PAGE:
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This Md. company wants to help you pack your lunch more sustainably

Kirsten Quigley, founder and CEO of Lunchskins, with a box of the company’s paper bags. (Submitted Photo/Lunchskins)

As a mother of four young children, Kirsten Quigley often found herself packing 20 school lunches a week — and, in doing so, using and throwing away dozens and dozens of single-use plastic baggies.   

It was this weekly routine that made her aware of how much plastic is tossed into landfills each year — 27 million tons in 2018, according to the Environmental Protection Agency — and led her to find a solution to replace single-use plastic bags for food storage.  

That solution was the Lunchskin, a reusable, dishwasher-safe fabric bag, sealed with velcro, that can be used for packing any food item, from sandwiches to strawberries. 

It’s been over a decade since Quigley developed the original Lunchskin, and since then, the company, which is based in Bethesda, has evolved into a whole brand of sustainable products for packing food, including disposable, recyclable, compostable paper bags and paper straws, as well the original reusable Lunchskins. 

(Her kids have also grown up in the intervening years — and, perhaps unsurprisingly, they all work in sustainability these days.) 

The company, which claims to have replaced over two-and-a-half billion plastic bags over its lifespan, is built on a mission of helping busy families and parents lunch and snack more sustainably — without asking them to totally readjust long-held habits or to spend large amounts of money on sustainable products. 

That’s why Lunchskins’ paper sandwich bags aim to function almost exactly the same as a single-use plastic bag, said Quigley, who has a background in sustainability and health sciences. 

“The most common thing to reach for — and it’s not just kids, it’s all of us — is a plastic baggie,” she said. “We use them for everything. We use them to store stuff. We use them to take our food. We use them to have snacks. We use them to keep other items, loose odds and ends, in our bags and purses and things like that. So, I was just really reaching for, ‘what do people already do and how can I replicate that behavior with a better, greener, sustainable product?’” 

It’s that ease of use that sets Lunchskins apart from other products that aim to make storage more sustainable. But, Quigley noted, her goal isn’t to be the only sustainable packing product on the market. She hopes to someday see a slate of recyclable baggies available in grocery stores so that consumers have just as much freedom of choice when selecting environmentally friendly products as they do when selecting between brands of single-use plastics.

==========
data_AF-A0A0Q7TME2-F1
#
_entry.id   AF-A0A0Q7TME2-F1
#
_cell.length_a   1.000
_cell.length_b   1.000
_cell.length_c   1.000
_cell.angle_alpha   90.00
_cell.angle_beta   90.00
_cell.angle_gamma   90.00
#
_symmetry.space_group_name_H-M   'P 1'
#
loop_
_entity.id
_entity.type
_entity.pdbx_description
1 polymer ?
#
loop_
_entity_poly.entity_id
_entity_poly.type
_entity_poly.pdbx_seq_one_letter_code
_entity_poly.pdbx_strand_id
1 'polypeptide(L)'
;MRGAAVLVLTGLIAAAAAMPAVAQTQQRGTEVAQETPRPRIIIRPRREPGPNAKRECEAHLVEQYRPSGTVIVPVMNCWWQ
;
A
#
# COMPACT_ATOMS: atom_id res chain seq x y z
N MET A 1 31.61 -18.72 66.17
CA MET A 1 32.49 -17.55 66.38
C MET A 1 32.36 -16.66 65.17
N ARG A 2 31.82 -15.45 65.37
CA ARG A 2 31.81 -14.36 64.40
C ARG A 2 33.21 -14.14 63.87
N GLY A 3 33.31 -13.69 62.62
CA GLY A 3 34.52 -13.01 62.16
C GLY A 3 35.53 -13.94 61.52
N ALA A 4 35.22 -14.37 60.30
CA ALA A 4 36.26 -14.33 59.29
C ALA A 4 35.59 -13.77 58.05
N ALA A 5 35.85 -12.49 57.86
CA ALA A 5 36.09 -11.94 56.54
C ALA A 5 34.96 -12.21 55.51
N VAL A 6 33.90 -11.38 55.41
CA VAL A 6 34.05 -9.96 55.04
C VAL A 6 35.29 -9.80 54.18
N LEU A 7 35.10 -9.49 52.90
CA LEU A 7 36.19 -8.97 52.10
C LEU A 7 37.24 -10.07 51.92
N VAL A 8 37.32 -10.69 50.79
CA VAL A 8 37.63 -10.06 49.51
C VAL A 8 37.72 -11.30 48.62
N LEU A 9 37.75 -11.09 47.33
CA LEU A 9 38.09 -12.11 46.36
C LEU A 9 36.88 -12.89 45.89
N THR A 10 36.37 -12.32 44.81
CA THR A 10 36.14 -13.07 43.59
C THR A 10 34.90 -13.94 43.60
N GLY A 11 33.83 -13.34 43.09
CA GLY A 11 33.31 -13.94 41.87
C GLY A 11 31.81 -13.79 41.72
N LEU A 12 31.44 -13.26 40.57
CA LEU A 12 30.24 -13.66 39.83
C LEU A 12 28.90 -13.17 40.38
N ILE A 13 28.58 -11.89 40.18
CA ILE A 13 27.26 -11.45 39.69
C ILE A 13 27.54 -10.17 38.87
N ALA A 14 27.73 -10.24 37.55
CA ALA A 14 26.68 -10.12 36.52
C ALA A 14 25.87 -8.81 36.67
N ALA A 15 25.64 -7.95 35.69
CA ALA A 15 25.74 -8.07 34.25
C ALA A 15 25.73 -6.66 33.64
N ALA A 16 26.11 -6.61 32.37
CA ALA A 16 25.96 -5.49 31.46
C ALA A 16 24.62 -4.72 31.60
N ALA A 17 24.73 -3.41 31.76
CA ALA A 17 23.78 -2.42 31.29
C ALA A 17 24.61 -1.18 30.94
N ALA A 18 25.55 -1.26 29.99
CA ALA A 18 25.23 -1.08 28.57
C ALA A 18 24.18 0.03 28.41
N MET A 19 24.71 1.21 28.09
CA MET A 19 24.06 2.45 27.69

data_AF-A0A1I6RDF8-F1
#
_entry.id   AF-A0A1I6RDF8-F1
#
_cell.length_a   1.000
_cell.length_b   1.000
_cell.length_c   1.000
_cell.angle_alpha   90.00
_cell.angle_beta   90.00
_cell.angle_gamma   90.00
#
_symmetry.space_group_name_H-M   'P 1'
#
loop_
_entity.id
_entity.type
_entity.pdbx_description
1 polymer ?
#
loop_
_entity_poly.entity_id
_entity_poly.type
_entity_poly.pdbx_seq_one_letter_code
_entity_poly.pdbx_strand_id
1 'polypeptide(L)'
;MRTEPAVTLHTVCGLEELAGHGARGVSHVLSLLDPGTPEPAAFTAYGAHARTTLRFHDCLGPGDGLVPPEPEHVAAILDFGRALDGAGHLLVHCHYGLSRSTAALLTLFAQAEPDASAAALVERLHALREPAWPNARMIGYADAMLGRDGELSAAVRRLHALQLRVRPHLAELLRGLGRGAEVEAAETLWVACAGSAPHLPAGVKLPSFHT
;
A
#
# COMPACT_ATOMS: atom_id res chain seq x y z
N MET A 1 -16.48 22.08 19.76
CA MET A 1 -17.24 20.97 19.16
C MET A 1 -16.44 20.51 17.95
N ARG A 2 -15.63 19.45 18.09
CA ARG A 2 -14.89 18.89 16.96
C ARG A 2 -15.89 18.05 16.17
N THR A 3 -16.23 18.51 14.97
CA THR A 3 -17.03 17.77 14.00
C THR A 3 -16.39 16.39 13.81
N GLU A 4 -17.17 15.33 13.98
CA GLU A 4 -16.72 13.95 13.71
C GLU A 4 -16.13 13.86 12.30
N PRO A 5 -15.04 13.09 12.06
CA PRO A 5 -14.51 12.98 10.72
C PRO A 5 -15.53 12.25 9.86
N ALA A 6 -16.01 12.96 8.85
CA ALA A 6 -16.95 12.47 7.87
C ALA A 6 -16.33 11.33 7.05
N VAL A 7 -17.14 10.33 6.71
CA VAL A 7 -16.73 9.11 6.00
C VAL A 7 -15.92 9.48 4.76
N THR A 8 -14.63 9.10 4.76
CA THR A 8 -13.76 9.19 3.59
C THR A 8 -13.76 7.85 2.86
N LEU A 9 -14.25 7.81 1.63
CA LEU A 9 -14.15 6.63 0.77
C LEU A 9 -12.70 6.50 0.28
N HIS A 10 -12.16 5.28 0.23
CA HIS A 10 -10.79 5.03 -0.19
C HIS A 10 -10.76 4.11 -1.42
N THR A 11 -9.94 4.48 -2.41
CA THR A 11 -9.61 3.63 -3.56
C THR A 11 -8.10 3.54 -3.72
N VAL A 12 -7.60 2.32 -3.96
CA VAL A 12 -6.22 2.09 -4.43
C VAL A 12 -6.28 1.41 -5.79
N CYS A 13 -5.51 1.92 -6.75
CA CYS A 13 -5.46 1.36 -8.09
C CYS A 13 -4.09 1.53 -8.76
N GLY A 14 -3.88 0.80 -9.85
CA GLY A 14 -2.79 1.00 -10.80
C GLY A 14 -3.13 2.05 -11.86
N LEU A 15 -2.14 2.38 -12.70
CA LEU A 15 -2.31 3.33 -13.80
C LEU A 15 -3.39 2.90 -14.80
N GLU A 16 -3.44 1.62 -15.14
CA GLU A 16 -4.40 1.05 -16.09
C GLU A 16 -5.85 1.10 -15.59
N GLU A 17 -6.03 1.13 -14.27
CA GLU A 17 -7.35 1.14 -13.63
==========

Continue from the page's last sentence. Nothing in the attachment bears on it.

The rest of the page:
Indeed, others have jumped on the paper baggie bandwagon, with big brands like Ziploc and Reynolds Kitchens unveiling similar products in recent years. 

Still, not all disposable paper bags are made equal — some companies’ products are wax-coated, which make them unable to be recycled. (Wax paper baggies also cannot be microwaved, whereas Lunchskins paper products can, albeit for a maximum of two minutes.) 

Lunchskins sells its products both online and in retail stores — especially grocery stores, in the same aisles one would find traditional plastic baggies. The company announced in May that it would begin selling its products at Walmart. It also partners with Whole Foods, Sprouts and Target, as well as more local supermarket chains, including Giant Food and specialty grocer MOM’s Organic Market, which are based in Prince George’s and Montgomery counties, respectively. 

Lunchskins’ newest upcoming product is a line of snack-sized paper baggies — something that Quigley acknowledged isn’t the most glamorous. But, she said, it’s important to produce a range of recyclable and compostable baggies in order to “mirror” the plastic products available in grocery stores. 

In addition to rolling out new products, the company was also inspired by the pandemic to dabble in a new business model — selling in bulk to food service companies, Quigley said. Throughout the pandemic, she noticed that companies were primarily using plastic containers when selling food to-go and wondered if Lunchskins’ products could help reduce restaurant’s waste. 

Now, the company sells boxes of 500 paper bags or paper straws, in hopes of expanding Lunchskins’ impact and building relationships with food service providers. 

“A lot of these grocery stores have their own food service, but (so do) schools and campuses, university campuses, corporate campuses,” she said. “There are a lot of break rooms and places where we want to be, and we want Lunchskins to be, that alternative to a single-use plastic bag.” 

One comment

  1. What a great idea and it’s based right here in Maryland! This helps the environment by reducing the amount of plastic bags we use on a daily basis.